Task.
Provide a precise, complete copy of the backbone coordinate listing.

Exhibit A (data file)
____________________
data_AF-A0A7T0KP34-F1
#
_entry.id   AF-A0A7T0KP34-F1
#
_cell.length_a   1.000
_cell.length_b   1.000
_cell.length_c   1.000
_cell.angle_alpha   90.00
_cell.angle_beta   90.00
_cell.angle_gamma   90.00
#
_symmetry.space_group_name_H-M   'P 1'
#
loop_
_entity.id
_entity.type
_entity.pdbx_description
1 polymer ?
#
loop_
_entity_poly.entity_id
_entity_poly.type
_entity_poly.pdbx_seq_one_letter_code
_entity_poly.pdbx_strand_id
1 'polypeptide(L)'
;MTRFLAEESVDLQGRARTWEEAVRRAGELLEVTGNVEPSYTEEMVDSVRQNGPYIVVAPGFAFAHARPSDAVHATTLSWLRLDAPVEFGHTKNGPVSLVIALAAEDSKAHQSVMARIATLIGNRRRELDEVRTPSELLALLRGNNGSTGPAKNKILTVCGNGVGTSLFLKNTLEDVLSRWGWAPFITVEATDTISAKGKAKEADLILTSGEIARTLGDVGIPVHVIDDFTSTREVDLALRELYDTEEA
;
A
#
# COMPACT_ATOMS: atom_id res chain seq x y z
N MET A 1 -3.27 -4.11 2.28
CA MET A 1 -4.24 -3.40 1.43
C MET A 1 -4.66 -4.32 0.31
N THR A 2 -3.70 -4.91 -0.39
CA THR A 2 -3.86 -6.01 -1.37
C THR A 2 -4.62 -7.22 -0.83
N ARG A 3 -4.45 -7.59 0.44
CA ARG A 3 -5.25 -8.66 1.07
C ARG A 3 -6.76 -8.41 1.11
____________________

data_AF-A0A7T0KP34-F1
#
_entry.id   AF-A0A7T0KP34-F1
#
_cell.length_a   1.000
_cell.length_b   1.000
_cell.length_c   1.000
_cell.angle_alpha   90.00
_cell.angle_beta   90.00
_cell.angle_gamma   90.00
#
_symmetry.space_group_name_H-M   'P 1'
#
loop_
_entity.id
_entity.type
_entity.pdbx_description
1 polymer ?
#
loop_
_entity_poly.entity_id
_entity_poly.type
_entity_poly.pdbx_seq_one_letter_code
_entity_poly.pdbx_strand_id
1 'polypeptide(L)'
;MTRFLAEESVDLQGRARTWEEAVRRAGELLEVTGNVEPSYTEEMVDSVRQNGPYIVVAPGFAFAHARPSDAVHATTLSWLRLDAPVEFGHTKNGPVSLVIALAAEDSKAHQSVMARIATLIGNRRRELDEVRTPSELLALLRGNNGSTGPAKNKILTVCGNGVGTSLFLKNTLEDVLSRWGWAPFITVEATDTISAKGKAKEADLILTSGEIARTLGDVGIPVHVIDDFTSTREVDLALRELYDTEEA
;
A
#
# COMPACT_ATOMS: atom_id res chain seq x y z
N MET A 1 -3.27 -4.11 2.28
CA MET A 1 -4.24 -3.40 1.43
C MET A 1 -4.66 -4.32 0.31
N THR A 2 -3.70 -4.91 -0.39
CA THR A 2 -3.86 -6.01 -1.37
C THR A 2 -4.62 -7.22 -0.83
N ARG A 3 -4.45 -7.59 0.44
CA ARG A 3 -5.25 -8.66 1.07
C ARG A 3 -6.76 -8.41 1.11